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After holding out hope, IHSA cancels spring state championships

14 sports will be without a winner this season

“The one constant through all the years, has been baseball. America has rolled by like an army of steamrollers. It has been erased like a blackboard, rebuilt and erased again. But baseball has marked the time.”

James Earl Jones said those words in the movie ‘Field of Dreams,’ the words rang true.

Spring sports, led by America’s pastime has been the landscape of the warm weather months from the professional ranks down through high school for generations – until now.

While professional sports are scrambling to find a way to play amidst the COVID-19 pandemic that has locked down the globe, the NCAA cancelled its spring sports in March and on Tuesday, the Illinois High School Association Board of Directors announced its decision to cancel all 14 IHSA spring state tournaments.

The decision to cancel the spring state tournaments follows the April 17 order by Gov J.B. Pritzker and the Illinois State Board of Education that all Illinois high schools will complete the 2020 school term from home via e-learning.

"We support the decision by Governor Pritzker and the Illinois State Board of Education, and given the logistics, we simply felt we could not conduct state tournaments that meet the expectations of our member schools this spring, " IHSA Executive Director Craig Anderson said in a statement. "As disappointing as it may be for students, it is the right decision for their health and safety, as well as for the health and safety of the general public, as we cope with this unprecedented pandemic."

The Board also determined that summer contact days for fall and winter sports are suspended for this year, unless state government and medical leaders indicate such gatherings are safe.

If that time comes, the IHSA indicated a willingness to reconsider how summer contact might be conducted and whether opportunities for schools to conduct some kind of spring athletic events might occur.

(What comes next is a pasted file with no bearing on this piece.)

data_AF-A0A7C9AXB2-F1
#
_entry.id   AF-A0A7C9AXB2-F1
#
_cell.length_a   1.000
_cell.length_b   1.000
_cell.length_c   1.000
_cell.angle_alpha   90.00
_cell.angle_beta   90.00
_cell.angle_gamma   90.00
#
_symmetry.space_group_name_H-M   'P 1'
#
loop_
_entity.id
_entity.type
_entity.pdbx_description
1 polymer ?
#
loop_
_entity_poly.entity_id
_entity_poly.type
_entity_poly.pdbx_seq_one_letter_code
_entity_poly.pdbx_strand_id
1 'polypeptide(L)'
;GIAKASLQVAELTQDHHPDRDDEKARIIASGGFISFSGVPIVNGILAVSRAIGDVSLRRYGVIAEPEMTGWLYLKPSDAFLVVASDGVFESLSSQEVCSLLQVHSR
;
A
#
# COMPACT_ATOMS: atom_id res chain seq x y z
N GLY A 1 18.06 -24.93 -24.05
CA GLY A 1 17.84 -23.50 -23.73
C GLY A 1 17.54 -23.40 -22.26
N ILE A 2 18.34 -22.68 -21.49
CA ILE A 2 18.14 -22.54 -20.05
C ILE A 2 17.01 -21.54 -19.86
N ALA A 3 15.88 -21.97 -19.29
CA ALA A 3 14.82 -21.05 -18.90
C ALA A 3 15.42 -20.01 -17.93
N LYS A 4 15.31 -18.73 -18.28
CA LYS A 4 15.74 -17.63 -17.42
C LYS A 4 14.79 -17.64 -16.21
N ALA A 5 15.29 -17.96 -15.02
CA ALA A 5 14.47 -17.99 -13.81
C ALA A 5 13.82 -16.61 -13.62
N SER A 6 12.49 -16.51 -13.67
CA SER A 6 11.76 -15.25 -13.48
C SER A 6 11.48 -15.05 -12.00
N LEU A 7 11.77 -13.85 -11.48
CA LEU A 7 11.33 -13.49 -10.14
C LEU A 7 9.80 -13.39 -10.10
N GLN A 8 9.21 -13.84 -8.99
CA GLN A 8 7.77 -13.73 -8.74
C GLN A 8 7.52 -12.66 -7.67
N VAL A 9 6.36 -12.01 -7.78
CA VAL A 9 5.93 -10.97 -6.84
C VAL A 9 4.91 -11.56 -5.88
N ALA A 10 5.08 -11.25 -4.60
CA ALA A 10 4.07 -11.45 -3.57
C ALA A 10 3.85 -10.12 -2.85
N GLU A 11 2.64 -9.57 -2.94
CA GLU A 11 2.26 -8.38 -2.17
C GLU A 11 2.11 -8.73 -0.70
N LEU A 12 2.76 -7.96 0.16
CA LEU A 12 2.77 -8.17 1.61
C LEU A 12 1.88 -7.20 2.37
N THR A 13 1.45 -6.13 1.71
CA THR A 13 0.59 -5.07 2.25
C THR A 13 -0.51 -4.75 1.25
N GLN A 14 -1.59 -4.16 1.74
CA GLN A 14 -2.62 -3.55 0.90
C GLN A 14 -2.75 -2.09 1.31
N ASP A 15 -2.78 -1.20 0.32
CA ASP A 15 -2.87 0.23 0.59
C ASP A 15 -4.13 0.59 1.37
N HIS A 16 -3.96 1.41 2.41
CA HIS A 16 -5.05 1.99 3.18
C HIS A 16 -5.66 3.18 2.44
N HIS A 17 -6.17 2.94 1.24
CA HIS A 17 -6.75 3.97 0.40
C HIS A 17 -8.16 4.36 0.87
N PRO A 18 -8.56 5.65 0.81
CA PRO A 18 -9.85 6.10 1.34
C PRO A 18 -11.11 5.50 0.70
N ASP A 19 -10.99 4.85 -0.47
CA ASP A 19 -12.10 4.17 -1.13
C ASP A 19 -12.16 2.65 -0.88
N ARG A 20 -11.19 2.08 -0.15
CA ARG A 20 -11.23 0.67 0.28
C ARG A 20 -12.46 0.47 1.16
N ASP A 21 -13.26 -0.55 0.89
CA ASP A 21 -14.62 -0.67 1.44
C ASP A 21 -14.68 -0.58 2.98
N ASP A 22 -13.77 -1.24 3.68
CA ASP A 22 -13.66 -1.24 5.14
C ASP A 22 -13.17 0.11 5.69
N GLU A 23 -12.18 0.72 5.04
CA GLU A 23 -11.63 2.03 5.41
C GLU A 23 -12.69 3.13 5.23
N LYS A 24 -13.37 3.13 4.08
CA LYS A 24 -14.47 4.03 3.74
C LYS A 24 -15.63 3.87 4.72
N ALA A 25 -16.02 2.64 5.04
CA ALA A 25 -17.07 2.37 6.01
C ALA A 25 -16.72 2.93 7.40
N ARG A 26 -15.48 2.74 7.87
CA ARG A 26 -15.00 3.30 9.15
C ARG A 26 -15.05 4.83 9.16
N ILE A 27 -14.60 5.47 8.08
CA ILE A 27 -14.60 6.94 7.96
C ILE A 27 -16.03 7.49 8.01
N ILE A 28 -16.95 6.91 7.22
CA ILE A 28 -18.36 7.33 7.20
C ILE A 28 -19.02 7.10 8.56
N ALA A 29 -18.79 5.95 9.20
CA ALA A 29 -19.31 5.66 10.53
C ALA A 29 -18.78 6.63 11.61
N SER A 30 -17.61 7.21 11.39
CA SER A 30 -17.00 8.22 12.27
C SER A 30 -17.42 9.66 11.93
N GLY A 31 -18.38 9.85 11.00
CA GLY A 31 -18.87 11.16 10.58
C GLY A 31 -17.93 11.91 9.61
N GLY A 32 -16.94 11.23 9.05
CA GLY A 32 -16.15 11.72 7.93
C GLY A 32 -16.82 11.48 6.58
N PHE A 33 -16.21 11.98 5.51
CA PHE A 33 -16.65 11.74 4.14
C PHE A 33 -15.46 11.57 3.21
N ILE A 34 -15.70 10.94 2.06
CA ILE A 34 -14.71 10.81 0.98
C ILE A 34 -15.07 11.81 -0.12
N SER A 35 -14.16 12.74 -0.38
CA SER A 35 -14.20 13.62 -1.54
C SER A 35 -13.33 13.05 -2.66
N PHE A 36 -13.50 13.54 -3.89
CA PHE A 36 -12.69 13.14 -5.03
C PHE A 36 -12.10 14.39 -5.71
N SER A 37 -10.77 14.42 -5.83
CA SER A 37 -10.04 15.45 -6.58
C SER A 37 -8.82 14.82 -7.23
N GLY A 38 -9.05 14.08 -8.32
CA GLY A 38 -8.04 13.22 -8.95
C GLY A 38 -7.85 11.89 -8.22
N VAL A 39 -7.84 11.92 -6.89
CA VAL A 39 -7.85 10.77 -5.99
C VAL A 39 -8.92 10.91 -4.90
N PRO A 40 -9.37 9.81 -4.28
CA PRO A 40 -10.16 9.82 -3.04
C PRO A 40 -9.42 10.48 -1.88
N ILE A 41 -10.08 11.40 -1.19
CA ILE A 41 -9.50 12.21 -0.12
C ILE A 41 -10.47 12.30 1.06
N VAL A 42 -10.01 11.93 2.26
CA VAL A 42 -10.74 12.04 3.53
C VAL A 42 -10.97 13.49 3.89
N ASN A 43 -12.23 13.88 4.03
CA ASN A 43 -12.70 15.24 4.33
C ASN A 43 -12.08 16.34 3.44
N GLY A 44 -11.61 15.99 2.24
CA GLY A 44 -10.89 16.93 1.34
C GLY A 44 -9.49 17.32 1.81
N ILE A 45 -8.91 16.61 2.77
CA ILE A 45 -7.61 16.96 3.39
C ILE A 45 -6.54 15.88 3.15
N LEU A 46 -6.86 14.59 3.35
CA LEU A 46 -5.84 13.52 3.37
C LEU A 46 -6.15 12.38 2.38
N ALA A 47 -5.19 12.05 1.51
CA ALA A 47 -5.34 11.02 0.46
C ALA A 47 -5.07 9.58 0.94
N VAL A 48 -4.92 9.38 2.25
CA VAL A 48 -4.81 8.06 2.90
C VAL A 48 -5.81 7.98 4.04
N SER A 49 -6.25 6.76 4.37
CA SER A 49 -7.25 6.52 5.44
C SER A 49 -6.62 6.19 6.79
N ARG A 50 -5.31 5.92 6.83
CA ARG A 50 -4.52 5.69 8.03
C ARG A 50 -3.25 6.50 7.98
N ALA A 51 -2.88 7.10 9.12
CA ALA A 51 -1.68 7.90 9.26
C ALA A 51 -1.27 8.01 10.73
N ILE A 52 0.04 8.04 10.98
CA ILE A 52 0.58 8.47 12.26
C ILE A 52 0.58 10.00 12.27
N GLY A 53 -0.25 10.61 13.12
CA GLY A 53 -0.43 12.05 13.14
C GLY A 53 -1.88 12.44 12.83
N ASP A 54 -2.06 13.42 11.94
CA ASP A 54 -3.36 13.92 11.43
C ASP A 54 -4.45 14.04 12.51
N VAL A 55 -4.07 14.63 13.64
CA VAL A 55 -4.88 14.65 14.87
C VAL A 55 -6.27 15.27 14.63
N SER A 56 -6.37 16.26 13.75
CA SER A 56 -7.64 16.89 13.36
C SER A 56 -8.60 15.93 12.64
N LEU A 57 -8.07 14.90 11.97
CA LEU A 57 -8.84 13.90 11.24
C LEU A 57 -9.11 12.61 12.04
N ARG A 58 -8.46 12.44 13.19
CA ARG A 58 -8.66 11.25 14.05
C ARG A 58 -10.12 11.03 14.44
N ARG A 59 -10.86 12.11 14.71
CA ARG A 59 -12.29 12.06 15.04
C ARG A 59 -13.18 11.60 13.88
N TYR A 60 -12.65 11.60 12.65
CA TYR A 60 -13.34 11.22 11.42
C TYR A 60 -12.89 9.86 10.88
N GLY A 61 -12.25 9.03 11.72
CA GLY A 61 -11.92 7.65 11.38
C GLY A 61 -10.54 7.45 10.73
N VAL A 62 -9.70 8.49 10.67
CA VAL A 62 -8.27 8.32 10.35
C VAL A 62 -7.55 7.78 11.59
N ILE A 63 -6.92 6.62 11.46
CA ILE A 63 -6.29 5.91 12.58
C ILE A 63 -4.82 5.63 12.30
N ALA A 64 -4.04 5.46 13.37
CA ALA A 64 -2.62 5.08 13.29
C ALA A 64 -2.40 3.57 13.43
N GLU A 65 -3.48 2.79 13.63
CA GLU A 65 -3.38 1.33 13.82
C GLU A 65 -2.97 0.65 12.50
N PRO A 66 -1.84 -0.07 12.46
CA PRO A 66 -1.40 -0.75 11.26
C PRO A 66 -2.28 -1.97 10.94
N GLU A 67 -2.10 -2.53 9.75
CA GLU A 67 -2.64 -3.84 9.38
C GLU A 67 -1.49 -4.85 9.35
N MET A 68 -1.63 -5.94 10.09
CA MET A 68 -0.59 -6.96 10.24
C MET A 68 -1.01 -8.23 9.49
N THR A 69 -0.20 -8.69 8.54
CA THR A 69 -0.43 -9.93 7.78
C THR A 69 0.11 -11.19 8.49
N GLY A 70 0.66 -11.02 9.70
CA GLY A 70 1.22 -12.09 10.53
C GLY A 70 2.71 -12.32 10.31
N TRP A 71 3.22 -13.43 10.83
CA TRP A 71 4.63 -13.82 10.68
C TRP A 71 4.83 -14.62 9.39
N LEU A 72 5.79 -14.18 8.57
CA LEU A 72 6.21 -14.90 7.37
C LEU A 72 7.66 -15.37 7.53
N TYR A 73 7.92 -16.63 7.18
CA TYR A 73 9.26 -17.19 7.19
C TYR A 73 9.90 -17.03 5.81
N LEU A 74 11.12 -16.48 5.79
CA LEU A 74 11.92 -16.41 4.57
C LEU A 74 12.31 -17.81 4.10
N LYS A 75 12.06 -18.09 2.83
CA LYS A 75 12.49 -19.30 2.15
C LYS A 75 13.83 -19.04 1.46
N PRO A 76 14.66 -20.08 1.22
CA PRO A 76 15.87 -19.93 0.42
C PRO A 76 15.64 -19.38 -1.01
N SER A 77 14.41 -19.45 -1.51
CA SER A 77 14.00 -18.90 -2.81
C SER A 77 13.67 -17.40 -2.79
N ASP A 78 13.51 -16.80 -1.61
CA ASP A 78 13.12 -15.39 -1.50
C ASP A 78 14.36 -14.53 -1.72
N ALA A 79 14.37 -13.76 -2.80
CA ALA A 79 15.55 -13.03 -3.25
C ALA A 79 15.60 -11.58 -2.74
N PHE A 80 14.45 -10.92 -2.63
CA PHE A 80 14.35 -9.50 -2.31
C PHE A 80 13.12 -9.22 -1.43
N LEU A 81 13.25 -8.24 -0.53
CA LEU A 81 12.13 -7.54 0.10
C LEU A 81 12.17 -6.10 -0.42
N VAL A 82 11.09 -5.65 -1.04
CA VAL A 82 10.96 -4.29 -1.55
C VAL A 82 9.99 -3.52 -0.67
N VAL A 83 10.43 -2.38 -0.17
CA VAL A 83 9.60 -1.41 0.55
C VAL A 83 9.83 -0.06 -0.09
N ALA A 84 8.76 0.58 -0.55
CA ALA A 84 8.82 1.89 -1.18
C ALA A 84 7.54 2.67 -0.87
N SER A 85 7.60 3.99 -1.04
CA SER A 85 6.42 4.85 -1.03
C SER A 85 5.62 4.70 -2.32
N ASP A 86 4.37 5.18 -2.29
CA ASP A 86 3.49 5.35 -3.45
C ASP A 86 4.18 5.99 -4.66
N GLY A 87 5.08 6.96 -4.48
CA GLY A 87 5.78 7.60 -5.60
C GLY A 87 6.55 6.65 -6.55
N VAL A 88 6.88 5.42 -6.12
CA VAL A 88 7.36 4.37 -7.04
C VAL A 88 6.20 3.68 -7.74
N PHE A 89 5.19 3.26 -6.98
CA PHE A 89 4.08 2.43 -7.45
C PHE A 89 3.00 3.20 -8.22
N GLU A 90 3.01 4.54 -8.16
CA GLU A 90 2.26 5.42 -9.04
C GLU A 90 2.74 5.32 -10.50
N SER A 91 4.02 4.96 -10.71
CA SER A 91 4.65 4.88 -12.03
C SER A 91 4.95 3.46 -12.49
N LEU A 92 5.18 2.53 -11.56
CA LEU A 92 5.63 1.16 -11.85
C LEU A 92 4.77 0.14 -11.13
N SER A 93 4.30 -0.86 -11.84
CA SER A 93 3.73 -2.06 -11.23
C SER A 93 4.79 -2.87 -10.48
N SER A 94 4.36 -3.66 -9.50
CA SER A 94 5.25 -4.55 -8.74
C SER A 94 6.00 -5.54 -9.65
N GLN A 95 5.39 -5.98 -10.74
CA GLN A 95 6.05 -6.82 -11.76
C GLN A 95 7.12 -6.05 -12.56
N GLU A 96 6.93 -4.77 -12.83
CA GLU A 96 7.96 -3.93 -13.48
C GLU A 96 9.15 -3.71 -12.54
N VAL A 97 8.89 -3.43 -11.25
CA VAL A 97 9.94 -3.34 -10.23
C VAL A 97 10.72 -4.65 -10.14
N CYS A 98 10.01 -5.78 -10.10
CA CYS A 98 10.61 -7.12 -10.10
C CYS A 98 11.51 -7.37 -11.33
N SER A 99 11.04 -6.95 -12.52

"Once it is determined safe to return, we will provide a detailed outline to our schools on the plan for summer contact days and possibly some kind of spring athletic events," Anderson said. "Including if the number of days and dates that coaches can meet with athletes has been altered. At this point, though, all that is dependent upon state government and medical leaders giving the go ahead for such.”

One team that on paper had as good of a chance as any to bring home and state championship was Joliet Catholic Academy.

“This is depressing,” JCA baseball coach Jared Voss said. “There are so many of the coaches and the kids that work so hard leading up to this and today where so many kids are single sport athletes and didn’t have football in the or basketball in the winter and to not have that senior season, you really feel for these kids.

“The web that stretches from the impact on this stretches wide. There are kids that had pro aspirations, but then there were the seniors that had not decided on what college and were looking to the season to see what came about – like the kids that didn’t play much as juniors, but were expected to play a lot as seniors and were looking for people to come watch them.”

The IHSA understands and sympathizes with those players that are losing a season – especially those losing their final one.

"Our thoughts right now are with all the impacted students, coaches and communities. Especially the seniors. It will be difficult for them to find a silver lining in all of this, but we stress that even if they don't get the chance to compete again at the high school level, they are better for having been a part of their respective high school teams. The possibility of playing a spring sport game this summer is about closure. If we are able to offer this opportunity, no student-athlete would be restricted by having already practiced or competed with a non-school team."

That closure is what one local coach will miss the most – even more than being contenders for a state championship this season.

“The last three weeks, I have been holding ZOOM reunion meetings with certain teams and certain groups of years and they started at 9 p.m. and some ended at two in the morning and it was awesome,” said Joliet Catholic Academy baseball coach Jared Voss. “But probably only 10 percent of what we talked about was stuff that happened on the field. It was the overnight trips, the bus rides. This year we were supposed to play at Wrigley Field and that day it was 70 degrees out. State championships are great and that is always the goal, but it is really all about the experiences and growing with the guy next to going through a season. It is all the little things that we didn’t get to experience and didn’t get continue to grow.”

As said in the 1888 poem by Ernest Thayer, “Oh, somewhere in this favored land the sun is shining bright;

the band is playing somewhere, and somewhere hearts are light,

and somewhere men are laughing, and somewhere children shout;

but there is no joy in Mudville — mighty Casey has struck out.”

Today, thousands of high school athletes struck out – and coronavirus threw the fastball.


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